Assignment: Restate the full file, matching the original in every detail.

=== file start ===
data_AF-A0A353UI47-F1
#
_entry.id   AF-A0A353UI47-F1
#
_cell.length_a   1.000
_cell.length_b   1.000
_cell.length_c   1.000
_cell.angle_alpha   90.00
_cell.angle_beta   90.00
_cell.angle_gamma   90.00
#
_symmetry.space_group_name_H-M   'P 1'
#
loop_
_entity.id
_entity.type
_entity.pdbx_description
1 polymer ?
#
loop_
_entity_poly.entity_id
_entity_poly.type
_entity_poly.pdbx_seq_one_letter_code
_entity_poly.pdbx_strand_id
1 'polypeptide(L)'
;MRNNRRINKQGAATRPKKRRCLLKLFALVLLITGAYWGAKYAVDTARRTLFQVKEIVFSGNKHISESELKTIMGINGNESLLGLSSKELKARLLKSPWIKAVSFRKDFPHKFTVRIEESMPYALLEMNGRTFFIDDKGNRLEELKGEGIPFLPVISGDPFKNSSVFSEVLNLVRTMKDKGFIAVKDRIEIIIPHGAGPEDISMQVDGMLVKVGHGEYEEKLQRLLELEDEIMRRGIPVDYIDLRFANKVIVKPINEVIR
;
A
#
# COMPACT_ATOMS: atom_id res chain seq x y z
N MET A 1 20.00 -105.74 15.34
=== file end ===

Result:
data_AF-A0A353UI47-F1
#
_entry.id   AF-A0A353UI47-F1
#
_cell.length_a   1.000
_cell.length_b   1.000
_cell.length_c   1.000
_cell.angle_alpha   90.00
_cell.angle_beta   90.00
_cell.angle_gamma   90.00
#
_symmetry.space_group_name_H-M   'P 1'
#
loop_
_entity.id
_entity.type
_entity.pdbx_description
1 polymer ?
#
loop_
_entity_poly.entity_id
_entity_poly.type
_entity_poly.pdbx_seq_one_letter_code
_entity_poly.pdbx_strand_id
1 'polypeptide(L)'
;MRNNRRINKQGAATRPKKRRCLLKLFALVLLITGAYWGAKYAVDTARRTLFQVKEIVFSGNKHISESELKTIMGINGNESLLGLSSKELKARLLKSPWIKAVSFRKDFPHKFTVRIEESMPYALLEMNGRTFFIDDKGNRLEELKGEGIPFLPVISGDPFKNSSVFSEVLNLVRTMKDKGFIAVKDRIEIIIPHGAGPEDISMQVDGMLVKVGHGEYEEKLQRLLELEDEIMRRGIPVDYIDLRFANKVIVKPINEVIR
;
A
#
# COMPACT_ATOMS: atom_id res chain seq x y z
N MET A 1 20.00 -105.74 15.34